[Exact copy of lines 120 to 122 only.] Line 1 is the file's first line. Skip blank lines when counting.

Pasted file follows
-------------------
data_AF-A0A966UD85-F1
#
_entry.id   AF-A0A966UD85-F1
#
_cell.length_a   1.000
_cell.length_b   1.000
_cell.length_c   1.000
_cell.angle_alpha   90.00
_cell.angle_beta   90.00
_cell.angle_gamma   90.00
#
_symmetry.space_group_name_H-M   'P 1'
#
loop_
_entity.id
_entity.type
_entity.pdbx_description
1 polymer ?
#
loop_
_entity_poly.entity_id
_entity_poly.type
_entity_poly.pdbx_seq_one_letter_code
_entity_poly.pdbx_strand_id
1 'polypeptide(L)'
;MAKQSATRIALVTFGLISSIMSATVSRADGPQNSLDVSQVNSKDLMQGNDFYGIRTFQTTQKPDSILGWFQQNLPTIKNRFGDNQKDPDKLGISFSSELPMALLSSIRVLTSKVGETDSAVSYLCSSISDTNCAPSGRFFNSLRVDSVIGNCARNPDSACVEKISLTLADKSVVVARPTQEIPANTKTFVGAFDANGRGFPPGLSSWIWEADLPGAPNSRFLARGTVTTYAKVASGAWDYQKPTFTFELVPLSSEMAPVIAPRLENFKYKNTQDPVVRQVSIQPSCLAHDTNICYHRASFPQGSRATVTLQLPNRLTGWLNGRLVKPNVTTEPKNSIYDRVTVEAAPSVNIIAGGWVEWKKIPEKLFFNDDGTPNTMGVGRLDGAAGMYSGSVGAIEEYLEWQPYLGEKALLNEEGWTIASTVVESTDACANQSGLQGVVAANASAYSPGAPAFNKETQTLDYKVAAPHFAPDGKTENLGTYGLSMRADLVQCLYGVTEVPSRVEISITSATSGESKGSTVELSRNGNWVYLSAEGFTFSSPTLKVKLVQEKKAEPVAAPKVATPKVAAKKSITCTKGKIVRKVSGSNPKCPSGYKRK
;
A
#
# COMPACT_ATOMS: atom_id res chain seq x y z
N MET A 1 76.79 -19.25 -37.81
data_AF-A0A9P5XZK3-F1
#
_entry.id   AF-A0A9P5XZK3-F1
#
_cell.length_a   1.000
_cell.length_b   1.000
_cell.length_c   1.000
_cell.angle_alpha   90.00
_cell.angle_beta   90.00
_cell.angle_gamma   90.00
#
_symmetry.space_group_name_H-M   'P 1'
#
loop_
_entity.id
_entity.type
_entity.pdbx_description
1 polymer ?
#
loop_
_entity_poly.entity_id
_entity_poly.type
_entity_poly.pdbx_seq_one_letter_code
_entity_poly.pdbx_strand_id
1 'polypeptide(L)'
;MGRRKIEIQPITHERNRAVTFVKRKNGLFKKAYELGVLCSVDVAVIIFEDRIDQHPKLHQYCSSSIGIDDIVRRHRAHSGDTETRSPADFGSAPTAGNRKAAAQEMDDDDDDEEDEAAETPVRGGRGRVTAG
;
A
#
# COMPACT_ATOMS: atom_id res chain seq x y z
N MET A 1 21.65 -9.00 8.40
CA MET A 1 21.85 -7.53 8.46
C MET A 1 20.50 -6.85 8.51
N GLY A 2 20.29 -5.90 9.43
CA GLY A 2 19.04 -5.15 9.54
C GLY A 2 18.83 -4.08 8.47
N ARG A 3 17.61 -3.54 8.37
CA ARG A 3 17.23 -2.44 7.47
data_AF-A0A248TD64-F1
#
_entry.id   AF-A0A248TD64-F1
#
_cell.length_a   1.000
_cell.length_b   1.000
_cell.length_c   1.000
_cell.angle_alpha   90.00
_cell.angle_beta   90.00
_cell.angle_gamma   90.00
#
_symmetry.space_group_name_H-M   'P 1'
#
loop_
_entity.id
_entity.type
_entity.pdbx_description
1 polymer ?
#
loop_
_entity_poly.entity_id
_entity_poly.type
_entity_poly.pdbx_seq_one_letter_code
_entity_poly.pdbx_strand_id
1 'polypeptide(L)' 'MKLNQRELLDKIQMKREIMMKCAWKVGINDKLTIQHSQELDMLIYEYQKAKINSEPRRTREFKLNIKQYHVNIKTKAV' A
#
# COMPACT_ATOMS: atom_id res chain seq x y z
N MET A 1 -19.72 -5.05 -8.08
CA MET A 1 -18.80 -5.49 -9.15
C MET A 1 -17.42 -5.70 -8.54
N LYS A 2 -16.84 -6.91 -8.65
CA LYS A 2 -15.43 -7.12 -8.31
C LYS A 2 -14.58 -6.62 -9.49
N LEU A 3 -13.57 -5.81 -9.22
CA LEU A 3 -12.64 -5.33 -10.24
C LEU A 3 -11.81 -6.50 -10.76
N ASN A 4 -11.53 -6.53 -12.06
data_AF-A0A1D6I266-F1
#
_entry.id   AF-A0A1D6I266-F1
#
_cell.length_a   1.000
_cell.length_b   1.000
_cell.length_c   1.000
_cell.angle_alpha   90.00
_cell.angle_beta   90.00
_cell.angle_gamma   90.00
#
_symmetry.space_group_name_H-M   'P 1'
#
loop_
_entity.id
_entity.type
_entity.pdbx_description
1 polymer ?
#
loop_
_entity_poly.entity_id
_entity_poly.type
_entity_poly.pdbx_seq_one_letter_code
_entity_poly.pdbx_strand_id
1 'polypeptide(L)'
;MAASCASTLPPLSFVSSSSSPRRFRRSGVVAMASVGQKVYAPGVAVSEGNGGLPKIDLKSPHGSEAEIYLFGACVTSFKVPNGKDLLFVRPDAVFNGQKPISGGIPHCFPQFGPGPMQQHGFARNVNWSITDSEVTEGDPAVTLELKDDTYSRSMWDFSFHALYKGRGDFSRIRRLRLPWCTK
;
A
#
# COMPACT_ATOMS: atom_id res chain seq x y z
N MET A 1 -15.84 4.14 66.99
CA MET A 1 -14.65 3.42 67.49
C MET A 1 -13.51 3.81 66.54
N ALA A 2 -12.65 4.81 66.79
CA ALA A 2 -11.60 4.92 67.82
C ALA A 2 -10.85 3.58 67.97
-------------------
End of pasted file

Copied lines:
loop_
_entity.id
_entity.type